And then quick as a flash, magazines start to appear, with their New Year slogans:
New Year, New Start!
Ten steps to a brand new you!
New Year Detox – A Diet you can finally stick to!
It sounds good, doesn’t it? Inspiring. But…deep down inside, there’s this underlying sense of reality. Nothing significant has actually changed. You look in the mirror. Same face. Same need to face the day. The washing up needs doing. That old pile of ironing…yep. It’s still there.
Special as it is, Jan 1st is just another day. You don’t wake up any different. In reality, you’re just the same old you.
And by about January 17th, usually once you’ve broken your resolve and stuffed your face with the remnants of a box of chocolates you forgot you had, it can all feel like a bit of a let-down. It’s just the same old, same old.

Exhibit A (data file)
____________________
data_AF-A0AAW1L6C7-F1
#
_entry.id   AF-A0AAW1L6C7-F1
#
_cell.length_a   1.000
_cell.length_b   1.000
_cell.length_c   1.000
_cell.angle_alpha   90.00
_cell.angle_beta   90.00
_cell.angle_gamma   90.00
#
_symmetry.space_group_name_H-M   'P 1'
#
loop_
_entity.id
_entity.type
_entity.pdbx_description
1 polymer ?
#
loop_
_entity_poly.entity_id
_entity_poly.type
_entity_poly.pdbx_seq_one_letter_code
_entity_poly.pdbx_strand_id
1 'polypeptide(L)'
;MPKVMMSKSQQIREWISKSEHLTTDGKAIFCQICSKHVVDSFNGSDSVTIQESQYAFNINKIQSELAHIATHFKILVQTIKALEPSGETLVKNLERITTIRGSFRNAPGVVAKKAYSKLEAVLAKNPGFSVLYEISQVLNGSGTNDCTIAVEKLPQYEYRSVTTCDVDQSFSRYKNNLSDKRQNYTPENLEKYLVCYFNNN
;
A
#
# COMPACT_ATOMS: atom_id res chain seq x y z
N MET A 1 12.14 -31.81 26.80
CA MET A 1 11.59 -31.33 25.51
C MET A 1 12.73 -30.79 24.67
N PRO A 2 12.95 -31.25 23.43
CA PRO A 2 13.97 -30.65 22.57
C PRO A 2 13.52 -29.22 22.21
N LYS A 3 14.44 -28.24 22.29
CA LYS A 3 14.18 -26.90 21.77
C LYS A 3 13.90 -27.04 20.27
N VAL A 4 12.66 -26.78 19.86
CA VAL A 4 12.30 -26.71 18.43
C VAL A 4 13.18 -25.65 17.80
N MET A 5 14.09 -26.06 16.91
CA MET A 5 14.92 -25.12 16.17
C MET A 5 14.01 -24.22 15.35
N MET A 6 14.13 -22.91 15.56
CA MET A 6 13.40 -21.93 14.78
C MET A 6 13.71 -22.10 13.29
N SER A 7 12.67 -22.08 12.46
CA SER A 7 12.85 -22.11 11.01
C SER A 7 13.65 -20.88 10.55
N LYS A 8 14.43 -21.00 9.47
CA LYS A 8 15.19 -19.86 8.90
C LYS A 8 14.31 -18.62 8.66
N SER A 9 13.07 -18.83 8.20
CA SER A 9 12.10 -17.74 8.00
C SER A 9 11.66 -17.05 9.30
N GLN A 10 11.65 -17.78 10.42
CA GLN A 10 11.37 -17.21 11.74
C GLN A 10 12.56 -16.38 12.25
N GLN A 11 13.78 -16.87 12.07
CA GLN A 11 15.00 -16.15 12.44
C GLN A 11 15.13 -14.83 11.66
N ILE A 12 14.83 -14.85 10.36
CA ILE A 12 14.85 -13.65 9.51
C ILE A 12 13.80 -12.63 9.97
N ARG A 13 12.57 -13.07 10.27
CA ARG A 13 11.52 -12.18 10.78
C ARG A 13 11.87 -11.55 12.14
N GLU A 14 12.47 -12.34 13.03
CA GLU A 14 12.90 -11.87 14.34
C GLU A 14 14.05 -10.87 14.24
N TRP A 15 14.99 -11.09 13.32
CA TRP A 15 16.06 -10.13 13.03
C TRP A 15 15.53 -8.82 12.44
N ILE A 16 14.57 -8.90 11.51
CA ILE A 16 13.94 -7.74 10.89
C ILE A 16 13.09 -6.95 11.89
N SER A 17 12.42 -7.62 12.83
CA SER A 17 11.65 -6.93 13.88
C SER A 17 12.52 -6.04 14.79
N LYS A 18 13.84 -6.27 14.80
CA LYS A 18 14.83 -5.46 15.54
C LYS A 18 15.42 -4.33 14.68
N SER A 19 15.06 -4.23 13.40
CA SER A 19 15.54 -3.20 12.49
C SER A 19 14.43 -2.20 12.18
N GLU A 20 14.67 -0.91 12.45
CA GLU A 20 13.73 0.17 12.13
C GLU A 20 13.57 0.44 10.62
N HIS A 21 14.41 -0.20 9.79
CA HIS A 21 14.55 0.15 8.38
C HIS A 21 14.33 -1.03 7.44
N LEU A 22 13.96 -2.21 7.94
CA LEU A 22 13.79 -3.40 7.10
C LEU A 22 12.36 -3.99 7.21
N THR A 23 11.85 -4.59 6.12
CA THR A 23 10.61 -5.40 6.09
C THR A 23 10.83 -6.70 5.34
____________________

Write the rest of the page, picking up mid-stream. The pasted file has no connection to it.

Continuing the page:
BUT, dear Reader Friends, there is good news!
It beautifully dawned on me yesterday whilst I was driving. I had my worship playlist on in the car. And all of a sudden as I was pondering what the New Year might have in store…I heard these words:
Your mercies are new, over and over,
Your mercies are new, over and over,
As surely as the morning comes, You’re faithful!
I’ll sing of Your love, over and over,
I’ll sing of Your love, over and over,
I’ll sing with every setting sun,
(Over and Over, by Chris McClarney, from the 2018 album, ‘Breakthrough’)
This is what the word of God says:
The steadfast love of the Lord NEVER CEASES,
His mercies NEVER COME TO AN END
They are NEW EVERY MORNING,
Great is Thy Faithfulness!
With the dawning of every day, regardless of whether it’s 1st January, or 25th April, or 7th September…each and every day that I live and breathe, I’m given a fresh start. A gift! A brand new day, with new mercies to be found. Not yesterday’s leftovers. Nope. God’s mercies are new every morning. Oh sweet truth!